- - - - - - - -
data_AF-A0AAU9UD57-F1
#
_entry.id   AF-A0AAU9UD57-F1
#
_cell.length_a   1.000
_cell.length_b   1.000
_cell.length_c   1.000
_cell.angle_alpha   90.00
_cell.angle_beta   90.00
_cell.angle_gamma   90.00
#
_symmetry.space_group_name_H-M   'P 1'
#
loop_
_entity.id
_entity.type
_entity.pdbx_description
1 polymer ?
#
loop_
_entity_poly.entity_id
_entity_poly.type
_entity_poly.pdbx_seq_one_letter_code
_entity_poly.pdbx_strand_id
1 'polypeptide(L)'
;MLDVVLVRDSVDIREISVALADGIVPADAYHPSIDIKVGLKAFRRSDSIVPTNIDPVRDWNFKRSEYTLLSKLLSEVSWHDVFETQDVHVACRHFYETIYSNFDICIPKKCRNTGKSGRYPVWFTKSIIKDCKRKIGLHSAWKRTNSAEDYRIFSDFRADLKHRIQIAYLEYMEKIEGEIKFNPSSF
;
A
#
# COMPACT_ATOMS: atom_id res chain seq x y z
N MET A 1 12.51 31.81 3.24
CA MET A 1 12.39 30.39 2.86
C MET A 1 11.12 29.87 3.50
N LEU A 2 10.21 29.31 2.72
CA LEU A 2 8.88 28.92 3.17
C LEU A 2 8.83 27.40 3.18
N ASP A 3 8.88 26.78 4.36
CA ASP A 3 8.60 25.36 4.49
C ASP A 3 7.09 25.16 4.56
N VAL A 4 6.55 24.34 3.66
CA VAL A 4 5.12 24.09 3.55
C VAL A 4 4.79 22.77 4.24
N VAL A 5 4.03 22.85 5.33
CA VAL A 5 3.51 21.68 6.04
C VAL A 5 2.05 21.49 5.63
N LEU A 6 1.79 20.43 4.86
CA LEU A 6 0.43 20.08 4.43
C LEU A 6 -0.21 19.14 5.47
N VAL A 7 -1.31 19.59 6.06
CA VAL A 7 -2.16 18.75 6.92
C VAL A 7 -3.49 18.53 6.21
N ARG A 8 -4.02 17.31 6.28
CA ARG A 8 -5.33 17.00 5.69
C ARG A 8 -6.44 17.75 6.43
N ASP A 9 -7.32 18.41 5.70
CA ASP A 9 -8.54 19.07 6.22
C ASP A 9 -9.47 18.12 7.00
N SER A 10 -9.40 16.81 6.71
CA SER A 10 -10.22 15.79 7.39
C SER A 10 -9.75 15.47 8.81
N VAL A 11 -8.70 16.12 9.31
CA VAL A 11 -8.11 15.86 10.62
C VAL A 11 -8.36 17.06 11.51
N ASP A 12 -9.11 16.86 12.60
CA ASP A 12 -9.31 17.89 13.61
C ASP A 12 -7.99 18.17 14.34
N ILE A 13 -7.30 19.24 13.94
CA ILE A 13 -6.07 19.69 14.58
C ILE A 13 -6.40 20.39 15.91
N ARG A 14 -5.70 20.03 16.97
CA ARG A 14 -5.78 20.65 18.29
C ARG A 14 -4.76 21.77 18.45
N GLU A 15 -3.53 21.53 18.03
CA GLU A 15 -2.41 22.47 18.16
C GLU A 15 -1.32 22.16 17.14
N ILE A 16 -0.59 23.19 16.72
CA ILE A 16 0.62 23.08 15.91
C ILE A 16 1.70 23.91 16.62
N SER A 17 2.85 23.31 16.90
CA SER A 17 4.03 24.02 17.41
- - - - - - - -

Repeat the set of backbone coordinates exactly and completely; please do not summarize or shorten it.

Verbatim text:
data_AF-A0AAU9UD57-F1
#
_entry.id   AF-A0AAU9UD57-F1
#
_cell.length_a   1.000
_cell.length_b   1.000
_cell.length_c   1.000
_cell.angle_alpha   90.00
_cell.angle_beta   90.00
_cell.angle_gamma   90.00
#
_symmetry.space_group_name_H-M   'P 1'
#
loop_
_entity.id
_entity.type
_entity.pdbx_description
1 polymer ?
#
loop_
_entity_poly.entity_id
_entity_poly.type
_entity_poly.pdbx_seq_one_letter_code
_entity_poly.pdbx_strand_id
1 'polypeptide(L)'
;MLDVVLVRDSVDIREISVALADGIVPADAYHPSIDIKVGLKAFRRSDSIVPTNIDPVRDWNFKRSEYTLLSKLLSEVSWHDVFETQDVHVACRHFYETIYSNFDICIPKKCRNTGKSGRYPVWFTKSIIKDCKRKIGLHSAWKRTNSAEDYRIFSDFRADLKHRIQIAYLEYMEKIEGEIKFNPSSF
;
A
#
# COMPACT_ATOMS: atom_id res chain seq x y z
N MET A 1 12.51 31.81 3.24
CA MET A 1 12.39 30.39 2.86
C MET A 1 11.12 29.87 3.50
N LEU A 2 10.21 29.31 2.72
CA LEU A 2 8.88 28.92 3.17
C LEU A 2 8.83 27.40 3.18
N ASP A 3 8.88 26.78 4.36
CA ASP A 3 8.60 25.36 4.49
C ASP A 3 7.09 25.16 4.56
N VAL A 4 6.55 24.34 3.66
CA VAL A 4 5.12 24.09 3.55
C VAL A 4 4.79 22.77 4.24
N VAL A 5 4.03 22.85 5.33
CA VAL A 5 3.51 21.68 6.04
C VAL A 5 2.05 21.49 5.63
N LEU A 6 1.79 20.43 4.86
CA LEU A 6 0.43 20.08 4.43
C LEU A 6 -0.21 19.14 5.47
N VAL A 7 -1.31 19.59 6.06
CA VAL A 7 -2.16 18.75 6.92
C VAL A 7 -3.49 18.53 6.21
N ARG A 8 -4.02 17.31 6.28
CA ARG A 8 -5.33 17.00 5.69
C ARG A 8 -6.44 17.75 6.43
N ASP A 9 -7.32 18.41 5.70
CA ASP A 9 -8.54 19.07 6.22
C ASP A 9 -9.47 18.12 7.00
N SER A 10 -9.40 16.81 6.71
CA SER A 10 -10.22 15.79 7.39
C SER A 10 -9.75 15.47 8.81
N VAL A 11 -8.70 16.12 9.31
CA VAL A 11 -8.11 15.86 10.62
C VAL A 11 -8.36 17.06 11.51
N ASP A 12 -9.11 16.86 12.60
CA ASP A 12 -9.31 17.89 13.61
C ASP A 12 -7.99 18.17 14.34
N ILE A 13 -7.30 19.24 13.94
CA ILE A 13 -6.07 19.69 14.58
C ILE A 13 -6.40 20.39 15.91
N ARG A 14 -5.70 20.03 16.97
CA ARG A 14 -5.78 20.65 18.29
C ARG A 14 -4.76 21.77 18.45
N GLU A 15 -3.53 21.53 18.03
CA GLU A 15 -2.41 22.47 18.16
C GLU A 15 -1.32 22.16 17.14
N ILE A 16 -0.59 23.19 16.72
CA ILE A 16 0.62 23.08 15.91
C ILE A 16 1.70 23.91 16.62
N SER A 17 2.85 23.31 16.90
CA SER A 17 4.03 24.02 17.41